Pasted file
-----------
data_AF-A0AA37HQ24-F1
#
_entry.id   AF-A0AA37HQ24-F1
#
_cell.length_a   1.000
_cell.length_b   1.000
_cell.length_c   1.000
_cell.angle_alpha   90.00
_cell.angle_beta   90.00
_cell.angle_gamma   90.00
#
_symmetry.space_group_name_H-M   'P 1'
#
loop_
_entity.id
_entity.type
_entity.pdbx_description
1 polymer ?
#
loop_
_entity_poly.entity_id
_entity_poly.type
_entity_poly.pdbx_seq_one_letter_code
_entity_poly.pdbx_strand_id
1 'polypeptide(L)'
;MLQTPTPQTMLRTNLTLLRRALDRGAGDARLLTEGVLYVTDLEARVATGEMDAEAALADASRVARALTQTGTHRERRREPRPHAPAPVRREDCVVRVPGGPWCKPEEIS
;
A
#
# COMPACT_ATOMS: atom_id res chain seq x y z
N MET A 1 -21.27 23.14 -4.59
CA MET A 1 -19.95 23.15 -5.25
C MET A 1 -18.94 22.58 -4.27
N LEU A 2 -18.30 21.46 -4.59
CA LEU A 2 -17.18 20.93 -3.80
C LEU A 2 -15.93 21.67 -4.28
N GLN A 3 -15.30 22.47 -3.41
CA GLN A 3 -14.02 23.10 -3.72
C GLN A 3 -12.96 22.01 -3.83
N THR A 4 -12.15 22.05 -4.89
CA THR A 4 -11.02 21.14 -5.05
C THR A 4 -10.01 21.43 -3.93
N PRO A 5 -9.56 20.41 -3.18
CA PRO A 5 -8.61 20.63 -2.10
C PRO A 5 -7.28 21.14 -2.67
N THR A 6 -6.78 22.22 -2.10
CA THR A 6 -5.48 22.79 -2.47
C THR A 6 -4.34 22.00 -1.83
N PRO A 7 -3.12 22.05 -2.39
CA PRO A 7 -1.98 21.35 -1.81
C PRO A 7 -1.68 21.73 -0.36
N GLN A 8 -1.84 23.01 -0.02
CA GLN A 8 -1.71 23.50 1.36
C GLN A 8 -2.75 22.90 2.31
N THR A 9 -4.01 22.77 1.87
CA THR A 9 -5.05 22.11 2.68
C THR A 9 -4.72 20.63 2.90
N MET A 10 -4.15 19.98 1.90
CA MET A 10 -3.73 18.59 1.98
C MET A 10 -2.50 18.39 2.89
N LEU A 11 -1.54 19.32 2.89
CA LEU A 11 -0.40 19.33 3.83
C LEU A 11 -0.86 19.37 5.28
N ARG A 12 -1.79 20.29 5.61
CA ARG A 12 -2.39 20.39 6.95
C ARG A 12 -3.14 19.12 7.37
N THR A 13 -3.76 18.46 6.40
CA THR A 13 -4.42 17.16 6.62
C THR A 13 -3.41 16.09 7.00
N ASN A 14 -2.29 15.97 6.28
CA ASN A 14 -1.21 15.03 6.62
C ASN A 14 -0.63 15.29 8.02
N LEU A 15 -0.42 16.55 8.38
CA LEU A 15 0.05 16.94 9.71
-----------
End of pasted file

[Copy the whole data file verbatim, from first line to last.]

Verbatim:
data_AF-A0AA37HQ24-F1
#
_entry.id   AF-A0AA37HQ24-F1
#
_cell.length_a   1.000
_cell.length_b   1.000
_cell.length_c   1.000
_cell.angle_alpha   90.00
_cell.angle_beta   90.00
_cell.angle_gamma   90.00
#
_symmetry.space_group_name_H-M   'P 1'
#
loop_
_entity.id
_entity.type
_entity.pdbx_description
1 polymer ?
#
loop_
_entity_poly.entity_id
_entity_poly.type
_entity_poly.pdbx_seq_one_letter_code
_entity_poly.pdbx_strand_id
1 'polypeptide(L)'
;MLQTPTPQTMLRTNLTLLRRALDRGAGDARLLTEGVLYVTDLEARVATGEMDAEAALADASRVARALTQTGTHRERRREPRPHAPAPVRREDCVVRVPGGPWCKPEEIS
;
A
#
# COMPACT_ATOMS: atom_id res chain seq x y z
N MET A 1 -21.27 23.14 -4.59
CA MET A 1 -19.95 23.15 -5.25
C MET A 1 -18.94 22.58 -4.27
N LEU A 2 -18.30 21.46 -4.59
CA LEU A 2 -17.18 20.93 -3.80
C LEU A 2 -15.93 21.67 -4.28
N GLN A 3 -15.30 22.47 -3.41
CA GLN A 3 -14.02 23.10 -3.72
C GLN A 3 -12.96 22.01 -3.83
N THR A 4 -12.15 22.05 -4.89
CA THR A 4 -11.02 21.14 -5.05
C THR A 4 -10.01 21.43 -3.93
N PRO A 5 -9.56 20.41 -3.18
CA PRO A 5 -8.61 20.63 -2.10
C PRO A 5 -7.28 21.14 -2.67
N THR A 6 -6.78 22.22 -2.10
CA THR A 6 -5.48 22.79 -2.47
C THR A 6 -4.34 22.00 -1.83
N PRO A 7 -3.12 22.05 -2.39
CA PRO A 7 -1.98 21.35 -1.81
C PRO A 7 -1.68 21.73 -0.36
N GLN A 8 -1.84 23.01 -0.02
CA GLN A 8 -1.71 23.50 1.36
C GLN A 8 -2.75 22.90 2.31
N THR A 9 -4.01 22.77 1.87
CA THR A 9 -5.05 22.11 2.68
C THR A 9 -4.72 20.63 2.90
N MET A 10 -4.15 19.98 1.90
CA MET A 10 -3.73 18.59 1.98
C MET A 10 -2.50 18.39 2.89
N LEU A 11 -1.54 19.32 2.89
CA LEU A 11 -0.40 19.33 3.83
C LEU A 11 -0.86 19.37 5.28
N ARG A 12 -1.79 20.29 5.61
CA ARG A 12 -2.39 20.39 6.95
C ARG A 12 -3.14 19.12 7.37
N THR A 13 -3.76 18.46 6.40
CA THR A 13 -4.42 17.16 6.62
C THR A 13 -3.41 16.09 7.00
N ASN A 14 -2.29 15.97 6.28
CA ASN A 14 -1.21 15.03 6.62
C ASN A 14 -0.63 15.29 8.02
N LEU A 15 -0.42 16.55 8.38
CA LEU A 15 0.05 16.94 9.71